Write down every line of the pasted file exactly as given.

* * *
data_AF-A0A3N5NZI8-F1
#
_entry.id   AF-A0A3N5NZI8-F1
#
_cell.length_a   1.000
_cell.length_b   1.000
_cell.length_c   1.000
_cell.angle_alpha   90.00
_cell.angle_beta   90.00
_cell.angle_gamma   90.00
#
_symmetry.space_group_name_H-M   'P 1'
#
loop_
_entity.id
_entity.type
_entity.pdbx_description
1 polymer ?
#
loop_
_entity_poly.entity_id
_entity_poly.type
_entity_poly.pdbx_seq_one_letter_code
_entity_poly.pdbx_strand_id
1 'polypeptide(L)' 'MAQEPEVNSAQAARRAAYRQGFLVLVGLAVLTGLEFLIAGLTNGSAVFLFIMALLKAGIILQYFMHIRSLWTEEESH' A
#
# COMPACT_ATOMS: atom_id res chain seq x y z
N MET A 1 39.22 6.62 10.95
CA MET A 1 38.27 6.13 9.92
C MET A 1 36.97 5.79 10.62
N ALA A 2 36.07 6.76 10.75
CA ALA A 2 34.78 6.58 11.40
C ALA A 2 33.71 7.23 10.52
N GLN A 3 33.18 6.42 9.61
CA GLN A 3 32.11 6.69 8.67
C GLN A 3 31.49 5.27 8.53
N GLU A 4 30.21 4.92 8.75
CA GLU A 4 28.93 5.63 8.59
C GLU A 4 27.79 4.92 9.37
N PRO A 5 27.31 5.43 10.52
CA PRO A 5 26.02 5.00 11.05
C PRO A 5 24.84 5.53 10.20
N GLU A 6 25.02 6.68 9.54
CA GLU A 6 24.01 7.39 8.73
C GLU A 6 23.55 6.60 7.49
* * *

data_AF-A0A3N5NZI8-F1
#
_entry.id   AF-A0A3N5NZI8-F1
#
_cell.length_a   1.000
_cell.length_b   1.000
_cell.length_c   1.000
_cell.angle_alpha   90.00
_cell.angle_beta   90.00
_cell.angle_gamma   90.00
#
_symmetry.space_group_name_H-M   'P 1'
#
loop_
_entity.id
_entity.type
_entity.pdbx_description
1 polymer ?
#
loop_
_entity_poly.entity_id
_entity_poly.type
_entity_poly.pdbx_seq_one_letter_code
_entity_poly.pdbx_strand_id
1 'polypeptide(L)' 'MAQEPEVNSAQAARRAAYRQGFLVLVGLAVLTGLEFLIAGLTNGSAVFLFIMALLKAGIILQYFMHIRSLWTEEESH' A
#
# COMPACT_ATOMS: atom_id res chain seq x y z
N MET A 1 39.22 6.62 10.95
CA MET A 1 38.27 6.13 9.92
C MET A 1 36.97 5.79 10.62
N ALA A 2 36.07 6.76 10.75
CA ALA A 2 34.78 6.58 11.40
C ALA A 2 33.71 7.23 10.52
N GLN A 3 33.18 6.42 9.61
CA GLN A 3 32.11 6.69 8.67
C GLN A 3 31.49 5.27 8.53
N GLU A 4 30.21 4.92 8.75
CA GLU A 4 28.93 5.63 8.59
C GLU A 4 27.79 4.92 9.37
N PRO A 5 27.31 5.43 10.52
CA PRO A 5 26.02 5.00 11.05
C PRO A 5 24.84 5.53 10.20
N GLU A 6 25.02 6.68 9.54
CA GLU A 6 24.01 7.39 8.73
C GLU A 6 23.55 6.60 7.49